As pregame starts, Wally is on the field greeting fans near Field Level by taking pictures, signing autographs and sneaking in a kiss or two to the many fans of Red Sox Nation. After photo ops with some of Fenway's special guests of the game, he can be seen waving his flag and cheering on the Red Sox as the starting lineups are announced. The National Anthem is performed for all 37,000+ fans at Fenway and Wally, along with his special friend of the game, yell every baseball fans two favorite words, "PLAY BALL" and the game is ready to begin.

 Wally is a busy monster throughout the game. From doing seat visits for some special guests, to jumping up on the dugout to sing "Take Me Out to the Ball Game" during the seventh-inning stretch, Wally stays plenty busy meeting and greeting the fans of Red Sox Nation. And on weekends, Wally can be seen out on Yawkey Way taking pictures with fans who visit the "street fair atmosphere" of Wally's World around the Third Inning of the ballgame.

Some of Wally's memorable moments of being the Red Sox Mascot have come away from Fenway. Whether it is traveling to Fort Myers, Florida and jetBlue Park for Red Sox spring training or visiting other cities for special events, Wally is a well traveled monster. For example, this last December Wally was invited to Washington, D.C. to perform with Smokey Robinson in a tribute to a Red Sox favorite, and Music Legend, Neil Diamond (Writer/Performer of "Sweet Caroline") at the Kennedy Center for Performing Arts. When he was told that President Obama, his family, Mr. Diamond and many other celebrities would be in attendance, Wally knew he could not do it alone. He made some calls and brought 100 members of Red Sox Nation to Washington to perform on stage alongside him. Wally also travels to the Major League Baseball All Star Game every year to meet up with his furry friends from all over Major League Baseball for various fan-fests, signings and gatherings.

Wally loves to meet new people and visit the various parts of Red Sox Nation. He can be rented by visiting the team's official website for various events.


May Day!Why do we celebrate May Day?

Happy May Day! A few words about this annual celebration, whose roots are in astronomy.

May Day. May 1 on the calendar.

May Day is an ancient spring festival in the Northern Hemisphere. It’s an astronomical holiday, one of the year’s four cross-quarter days, or day that falls more or less midway between an equinox and solstice – in this case the March equinox and June solstice. The other cross-quarter days are Groundhog Day on February 2, Lammas on August 1 and Halloween on October 31. May Day also stems from the Celtic festival of Beltane, which was related to the waxing power of the sun as we move closer to summer. At Beltane, people lit fires through which livestock were driven and around which people danced, moving in the same direction that the sun crosses the sky.

Maypole wrapping at Bryn Mawr College in Pennsylvannia in 2005. May Day festivities are an annual tradition at Bryn Mawr. Image Credit: Mike Goren via Wikimedia Commons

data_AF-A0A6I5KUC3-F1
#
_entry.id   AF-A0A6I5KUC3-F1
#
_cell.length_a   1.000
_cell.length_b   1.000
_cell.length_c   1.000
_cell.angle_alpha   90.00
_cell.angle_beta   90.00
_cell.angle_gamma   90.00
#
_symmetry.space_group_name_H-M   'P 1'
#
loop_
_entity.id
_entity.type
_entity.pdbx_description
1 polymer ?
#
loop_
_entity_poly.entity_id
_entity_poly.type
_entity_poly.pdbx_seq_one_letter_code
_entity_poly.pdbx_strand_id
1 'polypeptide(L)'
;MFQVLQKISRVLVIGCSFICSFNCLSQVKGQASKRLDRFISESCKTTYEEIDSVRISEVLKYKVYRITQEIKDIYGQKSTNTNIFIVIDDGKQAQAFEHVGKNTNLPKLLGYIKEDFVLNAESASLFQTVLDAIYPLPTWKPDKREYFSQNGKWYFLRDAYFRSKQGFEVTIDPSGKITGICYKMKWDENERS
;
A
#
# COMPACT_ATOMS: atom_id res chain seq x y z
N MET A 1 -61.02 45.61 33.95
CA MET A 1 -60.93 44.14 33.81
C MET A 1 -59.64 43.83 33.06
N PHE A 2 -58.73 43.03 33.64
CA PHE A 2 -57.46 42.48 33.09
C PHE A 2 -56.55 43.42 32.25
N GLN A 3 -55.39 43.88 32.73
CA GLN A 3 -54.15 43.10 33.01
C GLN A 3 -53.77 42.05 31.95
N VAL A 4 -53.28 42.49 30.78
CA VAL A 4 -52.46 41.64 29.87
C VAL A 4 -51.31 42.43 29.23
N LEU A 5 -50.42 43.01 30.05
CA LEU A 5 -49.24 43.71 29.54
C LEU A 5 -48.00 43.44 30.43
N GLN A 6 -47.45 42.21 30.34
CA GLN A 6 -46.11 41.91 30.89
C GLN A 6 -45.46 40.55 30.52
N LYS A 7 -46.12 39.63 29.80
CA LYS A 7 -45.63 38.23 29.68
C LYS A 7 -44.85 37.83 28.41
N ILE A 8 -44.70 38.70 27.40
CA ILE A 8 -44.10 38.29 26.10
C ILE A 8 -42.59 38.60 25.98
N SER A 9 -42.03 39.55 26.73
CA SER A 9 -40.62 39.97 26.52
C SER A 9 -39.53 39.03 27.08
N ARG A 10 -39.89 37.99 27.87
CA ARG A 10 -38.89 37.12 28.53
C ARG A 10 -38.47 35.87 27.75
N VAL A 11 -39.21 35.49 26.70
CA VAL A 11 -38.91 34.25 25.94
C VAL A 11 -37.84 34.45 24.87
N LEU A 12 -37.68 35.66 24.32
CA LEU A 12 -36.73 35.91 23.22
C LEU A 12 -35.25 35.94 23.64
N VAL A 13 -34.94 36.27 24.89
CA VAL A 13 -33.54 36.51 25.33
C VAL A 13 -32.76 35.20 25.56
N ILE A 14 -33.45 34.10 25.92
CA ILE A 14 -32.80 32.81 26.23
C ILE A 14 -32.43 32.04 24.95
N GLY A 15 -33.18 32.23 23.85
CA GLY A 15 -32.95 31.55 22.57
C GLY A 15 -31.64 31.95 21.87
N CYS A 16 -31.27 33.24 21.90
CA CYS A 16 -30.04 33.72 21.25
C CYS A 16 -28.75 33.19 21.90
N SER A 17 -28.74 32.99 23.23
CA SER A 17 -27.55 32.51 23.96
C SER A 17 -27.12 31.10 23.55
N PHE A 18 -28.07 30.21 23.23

School children rehearsing Maypole festivity, in Gee's Bend, Alabama, 1939. Image Credit: Wikimedia Commons

A group of happy neighbors in Texas, after wrapping a Maypole. See the wrapped pole being held up? Image Credit: Rick Patrick

Wrapping a Maypole with colorful ribbons is perhaps the best known of all May Day traditions. In the Middle Ages, English villages all had Maypoles, which were actual trees brought in from the woods in the midst of rejoicing and raucous merrymaking. Maypoles came in many sizes, and villages were said to compete with each other to show whose Maypole was tallest. Maypoles were usually set up for the day in small towns, but in London and the larger towns they were erected permanently.

We’re not too far away from a time in the late 20th century when people left homemade May baskets filled with spring flowers and sweets on each others’ doorsteps, usually anonymously. I can remember doing this as a child. Maybe it’s a tradition that can be revived.

Homemade May basket left on neighbor or friend's doorstep anonymously. Nice tradition!

Bottom line: May 1 is one of four cross-quarter days, midway between an equinox and a solstice. It stems from the ancient festival of Beltane, which relates to the waxing power of the sun at this time of year. Its most recognized tradition is the Maypole dance, in which people wrap ribbons around a tall pole.


Tulip Facts
•Currently, there are around 75 wild species of tulips and 150 species in total with over 3000 varieties.

•The word tulip is derived from a Persian word called delband, which means turban. It is generally believed that it was called this due to the turban-shaped nature of the flower. However, this might have been a translation error as it was fashionable to wear tulips on turbans at the time.

 •Tulips are perennials (a plant that lives for more than 2 years), they bloom in spring, usually for only 3-7 days.

 •Tulips grow from bulbs and being native to mountainous areas the tulip needs a period of cold dormancy, known as vernalization. So they should be planted in the fall (Autumn) and thrive best in climates with cool springs and dry summers.